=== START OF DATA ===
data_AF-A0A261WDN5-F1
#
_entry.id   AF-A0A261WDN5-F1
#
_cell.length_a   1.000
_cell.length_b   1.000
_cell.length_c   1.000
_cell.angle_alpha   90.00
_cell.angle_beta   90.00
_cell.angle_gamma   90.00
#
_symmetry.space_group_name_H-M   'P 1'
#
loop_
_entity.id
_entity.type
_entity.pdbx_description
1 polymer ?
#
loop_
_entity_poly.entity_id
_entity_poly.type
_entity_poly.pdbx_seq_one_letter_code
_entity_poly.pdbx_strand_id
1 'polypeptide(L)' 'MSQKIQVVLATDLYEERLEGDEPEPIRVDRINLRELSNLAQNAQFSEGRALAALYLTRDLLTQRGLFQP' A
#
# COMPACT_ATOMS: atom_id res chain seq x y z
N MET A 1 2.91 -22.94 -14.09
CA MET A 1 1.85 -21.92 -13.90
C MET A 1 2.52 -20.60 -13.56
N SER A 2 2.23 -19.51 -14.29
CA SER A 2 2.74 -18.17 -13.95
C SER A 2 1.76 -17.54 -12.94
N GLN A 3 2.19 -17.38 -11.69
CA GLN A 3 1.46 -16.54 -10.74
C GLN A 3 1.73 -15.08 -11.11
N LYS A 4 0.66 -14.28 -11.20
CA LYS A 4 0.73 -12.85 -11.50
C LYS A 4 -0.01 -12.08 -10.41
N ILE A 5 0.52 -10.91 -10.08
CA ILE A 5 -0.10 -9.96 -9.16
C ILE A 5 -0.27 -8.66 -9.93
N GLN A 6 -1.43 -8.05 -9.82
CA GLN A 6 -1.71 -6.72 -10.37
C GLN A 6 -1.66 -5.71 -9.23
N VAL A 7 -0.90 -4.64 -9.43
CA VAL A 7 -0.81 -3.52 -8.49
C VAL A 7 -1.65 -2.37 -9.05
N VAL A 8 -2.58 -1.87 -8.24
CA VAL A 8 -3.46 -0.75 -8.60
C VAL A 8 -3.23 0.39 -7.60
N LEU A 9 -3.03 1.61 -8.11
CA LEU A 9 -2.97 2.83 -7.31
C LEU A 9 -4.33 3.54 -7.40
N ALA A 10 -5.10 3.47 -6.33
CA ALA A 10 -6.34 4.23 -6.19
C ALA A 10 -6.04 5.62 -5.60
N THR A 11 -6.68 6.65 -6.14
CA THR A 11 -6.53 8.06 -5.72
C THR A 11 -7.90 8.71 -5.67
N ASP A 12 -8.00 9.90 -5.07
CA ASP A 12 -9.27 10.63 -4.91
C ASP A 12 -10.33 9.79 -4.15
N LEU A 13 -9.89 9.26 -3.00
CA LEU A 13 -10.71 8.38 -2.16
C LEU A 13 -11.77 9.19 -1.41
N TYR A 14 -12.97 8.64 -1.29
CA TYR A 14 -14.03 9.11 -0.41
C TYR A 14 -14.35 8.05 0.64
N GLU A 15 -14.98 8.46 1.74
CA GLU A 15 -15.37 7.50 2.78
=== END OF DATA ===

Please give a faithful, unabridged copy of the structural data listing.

data_AF-A0A261WDN5-F1
#
_entry.id   AF-A0A261WDN5-F1
#
_cell.length_a   1.000
_cell.length_b   1.000
_cell.length_c   1.000
_cell.angle_alpha   90.00
_cell.angle_beta   90.00
_cell.angle_gamma   90.00
#
_symmetry.space_group_name_H-M   'P 1'
#
loop_
_entity.id
_entity.type
_entity.pdbx_description
1 polymer ?
#
loop_
_entity_poly.entity_id
_entity_poly.type
_entity_poly.pdbx_seq_one_letter_code
_entity_poly.pdbx_strand_id
1 'polypeptide(L)' 'MSQKIQVVLATDLYEERLEGDEPEPIRVDRINLRELSNLAQNAQFSEGRALAALYLTRDLLTQRGLFQP' A
#
# COMPACT_ATOMS: atom_id res chain seq x y z
N MET A 1 2.91 -22.94 -14.09
CA MET A 1 1.85 -21.92 -13.90
C MET A 1 2.52 -20.60 -13.56
N SER A 2 2.23 -19.51 -14.29
CA SER A 2 2.74 -18.17 -13.95
C SER A 2 1.76 -17.54 -12.94
N GLN A 3 2.19 -17.38 -11.69
CA GLN A 3 1.46 -16.54 -10.74
C GLN A 3 1.73 -15.08 -11.11
N LYS A 4 0.66 -14.28 -11.20
CA LYS A 4 0.73 -12.85 -11.50
C LYS A 4 -0.01 -12.08 -10.41
N ILE A 5 0.52 -10.91 -10.08
CA ILE A 5 -0.10 -9.96 -9.16
C ILE A 5 -0.27 -8.66 -9.93
N GLN A 6 -1.43 -8.05 -9.82
CA GLN A 6 -1.71 -6.72 -10.37
C GLN A 6 -1.66 -5.71 -9.23
N VAL A 7 -0.90 -4.64 -9.43
CA VAL A 7 -0.81 -3.52 -8.49
C VAL A 7 -1.65 -2.37 -9.05
N VAL A 8 -2.58 -1.87 -8.24
CA VAL A 8 -3.46 -0.75 -8.60
C VAL A 8 -3.23 0.39 -7.60
N LEU A 9 -3.03 1.61 -8.11
CA LEU A 9 -2.97 2.83 -7.31
C LEU A 9 -4.33 3.54 -7.40
N ALA A 10 -5.10 3.47 -6.33
CA ALA A 10 -6.34 4.23 -6.19
C ALA A 10 -6.04 5.62 -5.60
N THR A 11 -6.68 6.65 -6.14
CA THR A 11 -6.53 8.06 -5.72
C THR A 11 -7.90 8.71 -5.67
N ASP A 12 -8.00 9.90 -5.07
CA ASP A 12 -9.27 10.63 -4.91
C ASP A 12 -10.33 9.79 -4.15
N LEU A 13 -9.89 9.26 -3.00
CA LEU A 13 -10.71 8.38 -2.16
C LEU A 13 -11.77 9.19 -1.41
N TYR A 14 -12.97 8.64 -1.29
CA TYR A 14 -14.03 9.11 -0.41
C TYR A 14 -14.35 8.05 0.64
N GLU A 15 -14.98 8.46 1.74
CA GLU A 15 -15.37 7.50 2.78